Google’s Corporate Eating – A Brilliant Model

October 31, 2017 in Foodland, Psychology of Food by Joyce Bunderson

As so often happens to me, two things bump together and that gives me an idea of what I want to write about. This week was not an exception. The two events were: (1) talking with a friend with a little four-year-old super picky eater; and (2) reading a great article published in Food Management; Google gets healthy, written by Marygrace Taylor.

First, let me start with Taylor’s article about Google. Some of the things that Google is doing for their employees are the very same things that can be done at home. So I thought I’d share what is so exciting about what Google has done; and continues to do and improve upon; and how some of the techniques might be applicable to an individual or a family. Since Google gets over 2 million applications per year and only hires a few thousand, they clearly know the value of effective and healthy employees. It is my hope is that maybe other companies will also take a hint of what works for the valuable employees of this corporate behemoth; and apply some of the techniques themselves for their own valuable employees.

Sometime not long after Google was born, even before they established an HR department, they hired their first chef. In 1998, they were way ahead of the other tech companies. In the beginning, Google was trying to bring great chefs and their people together. About 2013, Google began changing the focus from just giving their employees unlimited free access to delicious, gourmet food; to making it easier for their employees to make smarter food choices. The 2013 goal has continued to grow to trying to guide “people to make great food choices;” says Michiel Bakker, Google’s Food Director.

Besides offering a wide array of healthy options, Google has several ways that they try to help employees shift the way they think about food – improving their own health and helping them do their best work. Some of their methods are:

  • Teach them why it’s so important; build food literacy skills.
    • Google offers cooking classes.
    • They offer talks with chefs, cookbook authors and other food experts; and trips to local farmers’ markets. Their philosophy is that learning about different cuisines and food philosophies may lead to more informed choices.
  • Google’s food choice architecture makes the healthiest choices the easiest choice to move onto the tray. They still offer pizza, soda and sugary drinks and French fries, but they make them a little less visible. For example chocolate bars are in a drawer; sugary drinks are behind frosted glass; and fresh greens are one of the first foods on the line – before the employees are tempted by other options. Bakker says; “Clearly, people who work in our environment understand how it works. But even when you know, it still works.”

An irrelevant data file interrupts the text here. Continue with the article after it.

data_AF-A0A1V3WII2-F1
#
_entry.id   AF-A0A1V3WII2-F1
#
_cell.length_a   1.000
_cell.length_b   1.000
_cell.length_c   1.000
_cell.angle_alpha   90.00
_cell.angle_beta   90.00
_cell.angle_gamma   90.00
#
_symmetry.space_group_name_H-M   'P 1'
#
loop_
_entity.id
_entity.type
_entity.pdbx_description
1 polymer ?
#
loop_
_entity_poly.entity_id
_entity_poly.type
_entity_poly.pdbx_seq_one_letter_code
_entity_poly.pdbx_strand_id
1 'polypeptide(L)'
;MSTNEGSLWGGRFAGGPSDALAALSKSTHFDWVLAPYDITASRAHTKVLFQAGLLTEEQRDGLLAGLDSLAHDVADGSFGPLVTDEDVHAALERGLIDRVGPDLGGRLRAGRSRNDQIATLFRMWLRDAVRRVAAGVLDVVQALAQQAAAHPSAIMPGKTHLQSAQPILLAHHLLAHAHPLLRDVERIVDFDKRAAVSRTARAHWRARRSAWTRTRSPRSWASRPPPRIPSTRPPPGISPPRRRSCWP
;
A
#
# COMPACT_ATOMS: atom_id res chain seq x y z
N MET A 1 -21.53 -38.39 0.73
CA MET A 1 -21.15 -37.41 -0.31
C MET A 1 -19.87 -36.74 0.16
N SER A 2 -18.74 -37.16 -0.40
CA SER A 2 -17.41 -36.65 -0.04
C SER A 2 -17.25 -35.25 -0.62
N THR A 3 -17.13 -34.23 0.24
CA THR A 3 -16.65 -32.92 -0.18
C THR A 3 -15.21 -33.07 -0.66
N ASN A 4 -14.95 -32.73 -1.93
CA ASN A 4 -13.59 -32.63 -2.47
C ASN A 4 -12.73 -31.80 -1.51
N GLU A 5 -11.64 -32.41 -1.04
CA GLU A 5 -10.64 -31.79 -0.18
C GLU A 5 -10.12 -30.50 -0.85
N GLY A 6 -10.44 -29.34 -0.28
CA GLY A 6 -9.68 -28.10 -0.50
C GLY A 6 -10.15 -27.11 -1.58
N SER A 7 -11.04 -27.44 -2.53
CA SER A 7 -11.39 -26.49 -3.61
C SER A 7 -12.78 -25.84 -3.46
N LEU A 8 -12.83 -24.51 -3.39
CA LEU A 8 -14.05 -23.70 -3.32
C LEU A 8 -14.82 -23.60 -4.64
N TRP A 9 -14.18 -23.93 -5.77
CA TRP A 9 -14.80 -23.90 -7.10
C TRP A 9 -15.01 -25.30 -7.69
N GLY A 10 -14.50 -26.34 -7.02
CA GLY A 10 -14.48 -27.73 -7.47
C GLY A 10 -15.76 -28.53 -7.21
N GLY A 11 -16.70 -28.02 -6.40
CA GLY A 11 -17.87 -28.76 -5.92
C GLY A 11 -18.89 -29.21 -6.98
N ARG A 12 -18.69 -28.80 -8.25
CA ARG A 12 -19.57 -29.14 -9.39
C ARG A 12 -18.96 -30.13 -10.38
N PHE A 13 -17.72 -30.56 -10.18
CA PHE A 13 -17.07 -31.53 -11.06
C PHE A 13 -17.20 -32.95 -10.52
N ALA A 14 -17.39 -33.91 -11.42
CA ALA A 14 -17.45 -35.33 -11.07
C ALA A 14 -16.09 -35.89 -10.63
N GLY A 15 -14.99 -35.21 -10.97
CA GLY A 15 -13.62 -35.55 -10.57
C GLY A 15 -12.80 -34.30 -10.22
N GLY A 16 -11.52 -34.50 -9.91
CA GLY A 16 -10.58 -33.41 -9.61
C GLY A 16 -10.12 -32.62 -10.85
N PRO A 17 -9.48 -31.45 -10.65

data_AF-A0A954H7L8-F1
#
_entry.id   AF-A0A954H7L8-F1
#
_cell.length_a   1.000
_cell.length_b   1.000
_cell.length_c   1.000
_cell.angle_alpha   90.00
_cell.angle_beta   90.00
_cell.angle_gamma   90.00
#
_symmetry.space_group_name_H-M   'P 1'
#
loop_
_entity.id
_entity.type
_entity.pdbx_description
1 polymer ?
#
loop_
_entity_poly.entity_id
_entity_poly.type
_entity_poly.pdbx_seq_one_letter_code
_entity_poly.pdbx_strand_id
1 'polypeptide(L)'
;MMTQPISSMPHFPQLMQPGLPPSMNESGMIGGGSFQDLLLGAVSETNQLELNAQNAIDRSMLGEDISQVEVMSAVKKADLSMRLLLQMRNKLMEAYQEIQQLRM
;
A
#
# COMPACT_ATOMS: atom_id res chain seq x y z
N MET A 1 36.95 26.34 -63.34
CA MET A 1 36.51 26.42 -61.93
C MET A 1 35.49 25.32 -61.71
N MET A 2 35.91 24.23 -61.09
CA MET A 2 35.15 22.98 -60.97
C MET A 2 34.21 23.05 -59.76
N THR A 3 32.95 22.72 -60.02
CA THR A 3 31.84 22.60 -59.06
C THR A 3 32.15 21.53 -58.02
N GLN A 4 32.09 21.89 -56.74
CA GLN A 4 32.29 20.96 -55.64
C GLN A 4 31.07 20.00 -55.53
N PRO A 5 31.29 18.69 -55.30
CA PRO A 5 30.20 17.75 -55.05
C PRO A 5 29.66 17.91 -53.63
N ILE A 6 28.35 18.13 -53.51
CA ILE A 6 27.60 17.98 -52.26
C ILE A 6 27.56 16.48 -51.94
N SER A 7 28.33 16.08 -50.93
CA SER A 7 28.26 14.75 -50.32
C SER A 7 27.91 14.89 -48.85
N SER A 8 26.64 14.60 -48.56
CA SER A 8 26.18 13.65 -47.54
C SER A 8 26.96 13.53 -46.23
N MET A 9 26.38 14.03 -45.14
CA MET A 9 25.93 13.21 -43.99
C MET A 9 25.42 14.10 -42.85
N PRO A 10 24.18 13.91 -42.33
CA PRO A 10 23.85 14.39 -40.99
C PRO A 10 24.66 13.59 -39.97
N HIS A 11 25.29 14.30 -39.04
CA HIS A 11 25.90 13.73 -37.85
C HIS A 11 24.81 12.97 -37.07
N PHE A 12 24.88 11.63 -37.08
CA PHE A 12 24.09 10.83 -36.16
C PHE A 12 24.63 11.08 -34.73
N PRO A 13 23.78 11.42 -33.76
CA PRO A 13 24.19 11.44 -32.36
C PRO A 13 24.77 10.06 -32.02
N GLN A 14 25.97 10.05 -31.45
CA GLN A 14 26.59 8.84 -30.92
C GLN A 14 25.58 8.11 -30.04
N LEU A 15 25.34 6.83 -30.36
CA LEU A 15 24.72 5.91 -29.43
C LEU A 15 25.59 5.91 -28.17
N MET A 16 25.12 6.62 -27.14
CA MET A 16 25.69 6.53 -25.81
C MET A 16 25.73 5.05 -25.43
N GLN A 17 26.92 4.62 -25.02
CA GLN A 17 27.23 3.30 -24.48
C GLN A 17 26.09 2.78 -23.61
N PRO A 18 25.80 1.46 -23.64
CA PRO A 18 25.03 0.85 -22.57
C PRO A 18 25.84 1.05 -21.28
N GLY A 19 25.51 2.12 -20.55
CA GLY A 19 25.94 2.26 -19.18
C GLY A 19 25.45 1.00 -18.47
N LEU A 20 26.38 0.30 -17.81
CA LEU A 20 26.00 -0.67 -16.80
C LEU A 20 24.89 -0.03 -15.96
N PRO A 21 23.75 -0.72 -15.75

Google does a biannual survey and the surveys show that; “The longer you work at Google, the more you eat a healthier diet,” Bakker says. I don’t want to take anything away from Google, because I think this is a fabulous program; but I will say that it doesn’t hurt the behemoth a bit to have healthy employees. In the short term, their employees eat healthier meals and snacks and that boosts performance. In the long term – it improves their overall health. I can’t resist the over-used cliché; it’s definitely a win-win.

Now how does that relate to my friend’s struggles with her picky four-year-old? It seems pretty obvious to me that Google’s methods can be used in many different situations. Certainly, if it’s your four-year-old, it has the potential for notching up to an emotional battle. But as Natalie Digate Muth says; (whose book I’ve recommended before) cooking/food preparation/menu design is one of the ways to get buy-in from a young child. Learning why eating healthy is important; without forcing is another technique advised by Muth (and embraced by Google).

I’ve often written about controlling the environment. I like what Google has done in this regard. If healthier options are in prominent and favored locations, and unhealthy choices less visible and less convenient, it doesn’t start the whole decision-making struggle. Many of us have been making it easier on ourselves for years; by putting unhealthy items out of sight or in a more difficult to reach location. We often go all the way in this environmental control program – the unhealthy items are removed completely from our home.

It warms my dietitian’s heart to learn about Google’s successes. It’s a brilliant model; and there’s plenty to stir our creativity, if we just give it a chance and see where it may take us in our own homes.